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Fan amasses huge rock music memorabilia collection

25,000 items may be largest collection in Northern California

By Jim Harrington, The Mercury News
Published: May 11, 2024, 6:04am

Bill Guardino stands amid the nearly unfathomably large collection of music memorabilia that overwhelms the house he shares with his wife Janet and his dog Zappa in Gilroy, Calif.

“I don’t know where to begin,” the 69-year-old fan says as he is about to guide me on a private tour of his artifacts, curiosities and undeniably cool stuff.

So, I make the decision for him and immediately zoom past the Beatles, Grateful Dead, etc. and follow my own musical passion right to a gorgeous framed display of Black Sabbath’s debut record, signed by all four of the band members.

“That’s the album that started it all,” Guardino says of the 1970 epic that is considered to be ground zero for heavy metal.

From there, Guardino continues to provide commentary as we soak up such treasures as a signed Doors picture (“That’s a rare piece — to have all four signatures on a photograph like that”) and a copy of Pink Floyd’s “A Saucerful of Secrets” album that is signed by all four original band members — including the late Syd Barrett (“I just can’t believe that I have Syd’s signature on that.”)

We pause a moment to savor the sight of a bass guitar that is signed by none other than the legendary Paul McCartney.

“It might be one of my favorites,” Guardino says. “But There are too many to choose.”

That’s made abundantly clear as we move on to a framed Traveling Wilburys display featuring signatures from all five members of the ultimate rock supergroup — Bob Dylan, George Harrison, Jeff Lynne, Roy Orbison and Tom Petty. And, oh, wow, that’s a guitar signed by the great bluesman Muddy Waters.

“What I’m showing you is just the tip of the iceberg,” says Guardino, who operates a successful drywalling business, Guardino Drywall, Inc, in the South Bay. “What I am showing you today is probably 1 percent.”

Actually — doing the quick math — it’s far less. I’ll only see a few hundred pieces (at least up close) during this tour. Yet, Guardino estimates he has 250,000 items, constituting what he believes to be the largest collection of music memorabilia in Northern California.

“This is a six bedroom house and every room is full — and the walls,” comments Janet Guardino, who briefly joins our informal tour before disappearing off to her office.

Full is a bit of an understatement. Some of these rooms are so stuffed with goodies — including some nonmusic, pop culture memorabilia — that it’s hard to even walk through them. All of the items mentioned thus far in this story were framed and prominently displayed on the walls in this two-story house.

Yet, the Guardinos would need dozens (if not hundreds) of other houses in order to have the wall space necessary to display all the worthwhile memorabilia in this collection. Most of the treasures are just stocked up in piles, awaiting for their chance to impress.

That fact is underscored as Guardino thumbs through some more items, eventually landing upon a framed copy of “The Freewheelin’ Bob Dylan” album that is not only signed by the legendary singer-songwriter himself but also his then-girlfriend Suze Rotolo (who appears on the album cover with Dylan).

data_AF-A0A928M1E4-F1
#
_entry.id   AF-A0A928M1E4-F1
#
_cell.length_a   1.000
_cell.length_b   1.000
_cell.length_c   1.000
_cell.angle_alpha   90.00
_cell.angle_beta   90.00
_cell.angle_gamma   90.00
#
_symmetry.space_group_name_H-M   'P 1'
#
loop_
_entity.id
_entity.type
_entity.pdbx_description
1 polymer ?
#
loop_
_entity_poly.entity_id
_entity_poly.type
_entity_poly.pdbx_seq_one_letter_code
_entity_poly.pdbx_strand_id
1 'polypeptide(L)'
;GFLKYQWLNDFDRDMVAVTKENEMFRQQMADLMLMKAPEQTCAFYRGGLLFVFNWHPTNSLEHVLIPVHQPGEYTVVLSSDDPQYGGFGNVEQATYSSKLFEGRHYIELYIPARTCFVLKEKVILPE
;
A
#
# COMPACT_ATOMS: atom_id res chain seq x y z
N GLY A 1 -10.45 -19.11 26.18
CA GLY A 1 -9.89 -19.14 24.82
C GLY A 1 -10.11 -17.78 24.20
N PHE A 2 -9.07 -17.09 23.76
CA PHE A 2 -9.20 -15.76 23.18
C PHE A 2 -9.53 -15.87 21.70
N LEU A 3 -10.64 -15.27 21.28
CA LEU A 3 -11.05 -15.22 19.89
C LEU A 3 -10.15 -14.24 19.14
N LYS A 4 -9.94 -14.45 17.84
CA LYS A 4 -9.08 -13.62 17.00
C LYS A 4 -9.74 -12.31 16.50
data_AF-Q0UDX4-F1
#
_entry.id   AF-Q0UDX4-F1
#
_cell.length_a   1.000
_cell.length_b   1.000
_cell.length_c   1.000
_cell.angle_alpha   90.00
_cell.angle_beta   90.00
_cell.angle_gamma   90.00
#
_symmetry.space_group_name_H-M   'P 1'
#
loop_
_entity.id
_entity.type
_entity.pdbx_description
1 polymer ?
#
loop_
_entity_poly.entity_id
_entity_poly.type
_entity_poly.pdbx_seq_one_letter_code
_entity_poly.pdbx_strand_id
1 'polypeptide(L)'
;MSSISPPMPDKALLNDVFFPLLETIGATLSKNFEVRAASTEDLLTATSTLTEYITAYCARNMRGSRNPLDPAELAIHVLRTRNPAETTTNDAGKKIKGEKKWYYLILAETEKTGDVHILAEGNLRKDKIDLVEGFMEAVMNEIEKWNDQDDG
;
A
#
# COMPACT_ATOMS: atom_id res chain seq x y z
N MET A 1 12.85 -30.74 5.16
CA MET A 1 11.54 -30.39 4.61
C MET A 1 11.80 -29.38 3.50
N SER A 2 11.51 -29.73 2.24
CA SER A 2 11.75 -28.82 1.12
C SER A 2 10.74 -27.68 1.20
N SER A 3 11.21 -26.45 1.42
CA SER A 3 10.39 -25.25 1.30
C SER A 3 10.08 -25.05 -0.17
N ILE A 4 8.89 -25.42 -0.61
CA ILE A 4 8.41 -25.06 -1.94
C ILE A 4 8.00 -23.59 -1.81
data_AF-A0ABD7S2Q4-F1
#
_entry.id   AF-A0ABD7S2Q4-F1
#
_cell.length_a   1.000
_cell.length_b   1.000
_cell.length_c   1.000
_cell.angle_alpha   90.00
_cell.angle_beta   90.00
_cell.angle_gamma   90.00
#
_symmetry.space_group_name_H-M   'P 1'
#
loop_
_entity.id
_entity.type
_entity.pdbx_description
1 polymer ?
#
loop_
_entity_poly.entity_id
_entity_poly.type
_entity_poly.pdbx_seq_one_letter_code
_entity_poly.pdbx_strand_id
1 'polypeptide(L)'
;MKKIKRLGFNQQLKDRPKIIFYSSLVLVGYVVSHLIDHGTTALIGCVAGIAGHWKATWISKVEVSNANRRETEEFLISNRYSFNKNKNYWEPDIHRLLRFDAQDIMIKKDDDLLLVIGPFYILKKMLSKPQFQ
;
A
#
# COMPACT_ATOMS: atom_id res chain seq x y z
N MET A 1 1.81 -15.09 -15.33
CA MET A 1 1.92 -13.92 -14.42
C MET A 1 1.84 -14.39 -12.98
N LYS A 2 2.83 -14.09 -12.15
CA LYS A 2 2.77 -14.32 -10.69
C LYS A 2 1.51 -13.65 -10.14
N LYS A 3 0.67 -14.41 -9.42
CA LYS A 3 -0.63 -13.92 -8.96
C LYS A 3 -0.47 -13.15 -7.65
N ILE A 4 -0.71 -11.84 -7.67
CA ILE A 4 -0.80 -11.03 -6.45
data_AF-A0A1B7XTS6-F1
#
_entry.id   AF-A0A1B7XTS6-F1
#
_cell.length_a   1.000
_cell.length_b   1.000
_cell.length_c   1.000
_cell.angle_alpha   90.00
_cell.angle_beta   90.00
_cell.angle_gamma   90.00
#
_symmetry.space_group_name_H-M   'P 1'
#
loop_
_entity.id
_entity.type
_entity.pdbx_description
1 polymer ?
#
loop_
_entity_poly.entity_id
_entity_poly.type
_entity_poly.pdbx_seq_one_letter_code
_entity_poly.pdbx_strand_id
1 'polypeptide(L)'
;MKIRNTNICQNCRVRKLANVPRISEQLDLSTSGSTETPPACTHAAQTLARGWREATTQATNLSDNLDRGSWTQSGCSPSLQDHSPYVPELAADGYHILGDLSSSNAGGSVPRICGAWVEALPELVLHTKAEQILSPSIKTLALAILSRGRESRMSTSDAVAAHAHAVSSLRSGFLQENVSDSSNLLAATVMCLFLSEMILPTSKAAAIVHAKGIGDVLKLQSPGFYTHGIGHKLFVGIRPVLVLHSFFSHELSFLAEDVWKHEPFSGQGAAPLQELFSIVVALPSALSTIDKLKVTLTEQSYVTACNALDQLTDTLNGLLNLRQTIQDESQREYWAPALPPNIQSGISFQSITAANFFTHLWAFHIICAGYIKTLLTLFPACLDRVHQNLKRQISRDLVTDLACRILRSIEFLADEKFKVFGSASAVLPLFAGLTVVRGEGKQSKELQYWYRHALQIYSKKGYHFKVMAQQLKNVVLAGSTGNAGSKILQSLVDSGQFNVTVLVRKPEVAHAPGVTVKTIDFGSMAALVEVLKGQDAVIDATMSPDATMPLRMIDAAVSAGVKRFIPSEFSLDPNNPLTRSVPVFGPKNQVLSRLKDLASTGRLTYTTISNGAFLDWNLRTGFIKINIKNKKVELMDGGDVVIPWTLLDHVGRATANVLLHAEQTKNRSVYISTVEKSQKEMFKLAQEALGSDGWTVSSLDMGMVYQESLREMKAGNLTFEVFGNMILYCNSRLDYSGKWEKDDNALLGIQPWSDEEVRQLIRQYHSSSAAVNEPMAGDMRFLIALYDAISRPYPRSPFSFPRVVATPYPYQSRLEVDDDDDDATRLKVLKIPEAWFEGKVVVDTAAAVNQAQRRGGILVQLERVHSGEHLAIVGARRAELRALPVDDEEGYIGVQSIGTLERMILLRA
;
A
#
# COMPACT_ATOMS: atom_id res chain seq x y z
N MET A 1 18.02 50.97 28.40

“This needs to be displayed,” Guardino comments of the historically significant piece. “It’s amazing it’s not hanging on the wall.”

It’s really the classic rock items — from the ’60s, ’70s and ’80s — that jump out at you while strolling through his collection. Yet, Guardino has stuff from other decades and musical genres as well.

“I try to accumulate from every era,” he says. “And I have.”

As if to illustrate the point, we soon come items from Nirvana, Foo Fighters and — wait — is that Justin Bieber?

“That’s a yard sale find,” Guardino clarifies.

Yet, that’s how he’s put together much of his collection, garnering one piece at a time from a variety of sources over the course of decades. His passion for collecting can be traced back to elementary school, when he started buying up Beatles 45s. It went to the next level, however, once he really began to notice all the cool art that adorned rock posters and album covers of the era.

“The artwork is just really inspiring to me,” Guardino says. “That’s really what got me into collecting.”

And one of the bonuses of this pursuit is that Guardino is certainly never at a lack for something music-related to wear.

“I have maybe 3,000 concert T-shirts,” he reckons.

Yet, he’s not just a collector. He’s also a vendor, having transformed his oversized hobby into a side job.

He sells music memorabilia at Ashford’s Heirlooms on Monterey Street in Gilroy as well as online through his own Head Trip Music website.

“Obsession? Maybe,” Guardino says of his collection. “Passion? Definitely.”

“Investment? Definitely.”

Yes, he’s certainly enjoyed some good returns on his investments over the years. As an example, he shows off some rare Grateful Dead handbills, with Rick Griffin art, for a gig that was scheduled to take place in Hawaii, but didn’t end up happening.

“I got these things for $10, $15 a pop and I’ve sold them for $3,000,” he says.

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He turns to his vinyl collection — which he reckons numbers around 100,000 — and showcases a sealed, early number, first pressing of the Beatles’ “White Album.”

“I’d have to get $12,000 for that,” he comments.

Yet, this is not really a money thing for Guardino. That much is made abundantly clear as you witness the joy on his face and hear the passion in his voice as he walks through the amazing collection that he’s put together through the decades. It’s about the love music and the joy of the hunt — of finding that next cool new piece to add to the mix — that keeps him collecting.

“I don’t want to stop,” Guardino says.